After a decade of bureaucratic red tape, the first offshore wind farm in the U.S. has finally received approval to start construction. The Cape Wind project, located 5 miles off the coast in Massachusetts’ Nantucket Sound, will begin construction of its 130 turbine, 468 MW generating wind farm this fall.
The project has suffered a series of environmental and regulatory road blocks since it first began public hearings in 2001. Concerns over impacts to wildlife, worries of radar interference impacting air travel, and anger over the result the project would have on ocean views were just a few of the battles Cape Wind has had to overcome. The project earned powerful opponents as well, including Senator Ted Kennedy.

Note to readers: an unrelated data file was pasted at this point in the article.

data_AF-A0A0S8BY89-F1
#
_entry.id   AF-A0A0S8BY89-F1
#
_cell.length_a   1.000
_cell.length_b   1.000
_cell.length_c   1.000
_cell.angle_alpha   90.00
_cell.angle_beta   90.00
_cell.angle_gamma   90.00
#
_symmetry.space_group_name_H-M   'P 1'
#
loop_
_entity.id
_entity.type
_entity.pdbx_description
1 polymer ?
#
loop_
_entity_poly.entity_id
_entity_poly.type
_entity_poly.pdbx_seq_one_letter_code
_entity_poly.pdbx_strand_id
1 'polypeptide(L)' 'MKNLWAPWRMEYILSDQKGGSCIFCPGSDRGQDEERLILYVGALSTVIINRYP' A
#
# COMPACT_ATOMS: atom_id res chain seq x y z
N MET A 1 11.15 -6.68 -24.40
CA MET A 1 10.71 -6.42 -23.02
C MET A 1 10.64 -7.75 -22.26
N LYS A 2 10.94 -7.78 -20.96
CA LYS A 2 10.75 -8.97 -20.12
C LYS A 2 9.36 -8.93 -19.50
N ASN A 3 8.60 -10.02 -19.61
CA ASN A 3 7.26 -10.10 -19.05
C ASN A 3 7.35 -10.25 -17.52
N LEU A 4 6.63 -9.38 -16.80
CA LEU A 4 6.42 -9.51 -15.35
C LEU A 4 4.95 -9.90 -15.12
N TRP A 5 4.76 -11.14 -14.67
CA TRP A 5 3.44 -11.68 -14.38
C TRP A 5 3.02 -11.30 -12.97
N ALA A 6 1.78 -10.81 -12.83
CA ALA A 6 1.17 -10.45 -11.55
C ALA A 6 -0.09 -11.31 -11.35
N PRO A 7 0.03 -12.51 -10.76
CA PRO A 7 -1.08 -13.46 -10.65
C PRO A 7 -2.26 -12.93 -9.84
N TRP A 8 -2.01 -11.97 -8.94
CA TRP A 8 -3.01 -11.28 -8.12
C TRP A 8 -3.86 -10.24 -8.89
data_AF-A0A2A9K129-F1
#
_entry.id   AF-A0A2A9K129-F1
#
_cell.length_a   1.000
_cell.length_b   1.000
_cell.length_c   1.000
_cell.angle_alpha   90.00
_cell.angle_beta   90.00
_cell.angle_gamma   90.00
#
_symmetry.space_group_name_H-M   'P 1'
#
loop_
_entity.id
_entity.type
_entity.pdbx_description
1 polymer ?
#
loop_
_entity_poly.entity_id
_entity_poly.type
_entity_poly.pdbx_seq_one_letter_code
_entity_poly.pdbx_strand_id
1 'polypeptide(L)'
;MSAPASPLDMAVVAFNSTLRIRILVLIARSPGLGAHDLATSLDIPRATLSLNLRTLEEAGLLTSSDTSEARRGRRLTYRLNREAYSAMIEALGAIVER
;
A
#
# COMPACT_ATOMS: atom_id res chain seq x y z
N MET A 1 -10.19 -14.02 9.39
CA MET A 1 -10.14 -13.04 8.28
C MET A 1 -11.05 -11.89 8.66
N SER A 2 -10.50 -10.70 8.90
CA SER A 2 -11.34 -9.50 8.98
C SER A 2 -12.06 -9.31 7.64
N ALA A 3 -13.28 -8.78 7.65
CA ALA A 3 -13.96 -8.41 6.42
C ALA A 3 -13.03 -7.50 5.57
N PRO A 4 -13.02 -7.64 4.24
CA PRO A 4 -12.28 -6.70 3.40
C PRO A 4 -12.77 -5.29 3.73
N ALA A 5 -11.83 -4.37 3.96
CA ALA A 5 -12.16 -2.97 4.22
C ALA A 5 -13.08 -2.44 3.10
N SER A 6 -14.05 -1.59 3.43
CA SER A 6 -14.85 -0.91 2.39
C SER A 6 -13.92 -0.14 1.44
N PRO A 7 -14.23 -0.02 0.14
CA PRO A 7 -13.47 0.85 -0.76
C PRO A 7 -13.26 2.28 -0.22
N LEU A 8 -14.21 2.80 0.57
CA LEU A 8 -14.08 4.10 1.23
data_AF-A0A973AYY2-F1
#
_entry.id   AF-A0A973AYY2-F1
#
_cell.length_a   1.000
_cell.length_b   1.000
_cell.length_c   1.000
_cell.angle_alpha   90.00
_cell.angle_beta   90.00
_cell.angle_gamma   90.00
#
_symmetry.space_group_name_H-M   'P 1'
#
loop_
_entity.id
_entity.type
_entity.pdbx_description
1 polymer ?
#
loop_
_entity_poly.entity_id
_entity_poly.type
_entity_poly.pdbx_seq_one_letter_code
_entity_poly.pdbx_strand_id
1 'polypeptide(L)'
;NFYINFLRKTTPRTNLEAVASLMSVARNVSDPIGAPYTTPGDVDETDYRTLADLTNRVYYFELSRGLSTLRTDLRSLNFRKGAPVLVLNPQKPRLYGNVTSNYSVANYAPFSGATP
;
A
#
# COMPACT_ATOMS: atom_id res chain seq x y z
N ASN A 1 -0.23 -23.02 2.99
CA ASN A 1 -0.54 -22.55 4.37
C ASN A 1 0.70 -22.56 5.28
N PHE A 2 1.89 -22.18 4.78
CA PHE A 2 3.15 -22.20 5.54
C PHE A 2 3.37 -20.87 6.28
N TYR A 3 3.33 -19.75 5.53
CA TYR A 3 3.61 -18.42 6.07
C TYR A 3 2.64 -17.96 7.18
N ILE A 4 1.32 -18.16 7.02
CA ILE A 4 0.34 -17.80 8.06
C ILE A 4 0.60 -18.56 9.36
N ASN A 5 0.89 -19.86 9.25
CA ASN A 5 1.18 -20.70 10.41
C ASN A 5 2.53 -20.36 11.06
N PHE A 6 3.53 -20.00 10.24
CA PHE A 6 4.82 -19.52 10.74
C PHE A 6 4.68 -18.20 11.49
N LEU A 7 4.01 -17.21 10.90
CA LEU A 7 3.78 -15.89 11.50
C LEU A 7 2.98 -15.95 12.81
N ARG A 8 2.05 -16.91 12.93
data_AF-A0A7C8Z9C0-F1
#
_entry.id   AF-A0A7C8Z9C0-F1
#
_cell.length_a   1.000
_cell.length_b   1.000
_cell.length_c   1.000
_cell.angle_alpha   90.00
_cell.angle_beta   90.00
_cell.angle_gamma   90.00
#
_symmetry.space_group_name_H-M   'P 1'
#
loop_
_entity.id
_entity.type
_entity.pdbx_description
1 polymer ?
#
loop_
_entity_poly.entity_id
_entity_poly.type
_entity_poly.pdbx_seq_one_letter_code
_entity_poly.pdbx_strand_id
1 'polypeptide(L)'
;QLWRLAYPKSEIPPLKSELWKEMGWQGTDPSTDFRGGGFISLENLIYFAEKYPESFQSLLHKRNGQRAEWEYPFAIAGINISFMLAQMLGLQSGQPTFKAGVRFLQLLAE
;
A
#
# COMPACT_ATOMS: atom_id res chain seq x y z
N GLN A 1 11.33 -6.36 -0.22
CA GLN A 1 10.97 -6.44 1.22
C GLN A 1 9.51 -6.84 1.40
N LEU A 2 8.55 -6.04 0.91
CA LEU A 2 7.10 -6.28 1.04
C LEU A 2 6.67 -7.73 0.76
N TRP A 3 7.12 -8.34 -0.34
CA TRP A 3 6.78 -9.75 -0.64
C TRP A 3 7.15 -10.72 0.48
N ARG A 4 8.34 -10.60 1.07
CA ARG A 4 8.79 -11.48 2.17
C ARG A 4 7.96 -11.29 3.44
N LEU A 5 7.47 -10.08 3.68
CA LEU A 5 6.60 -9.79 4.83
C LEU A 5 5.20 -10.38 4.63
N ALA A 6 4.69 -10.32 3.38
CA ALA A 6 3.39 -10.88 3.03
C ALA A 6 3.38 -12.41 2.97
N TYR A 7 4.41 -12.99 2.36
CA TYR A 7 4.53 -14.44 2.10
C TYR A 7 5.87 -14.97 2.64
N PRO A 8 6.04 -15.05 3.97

Although the project has finally earned permission to begin construction, the battle is far from over. Only half the anticipated generated energy has an identified buyer and opponents are still pursuing lawsuits. The fight over Cape Wind has been long and tedious and doesn’t offer much hope for similar projects in the future. Although offshore wind farms are capable of providing more generation capacity (due to larger turbines), the powerful Not-In-My-Back-Yard contingent makes it more likely that the wide open spaces of the Midwest and West will continue to be the sites for future wind farms.
To read more about Cape Wind, visit their website.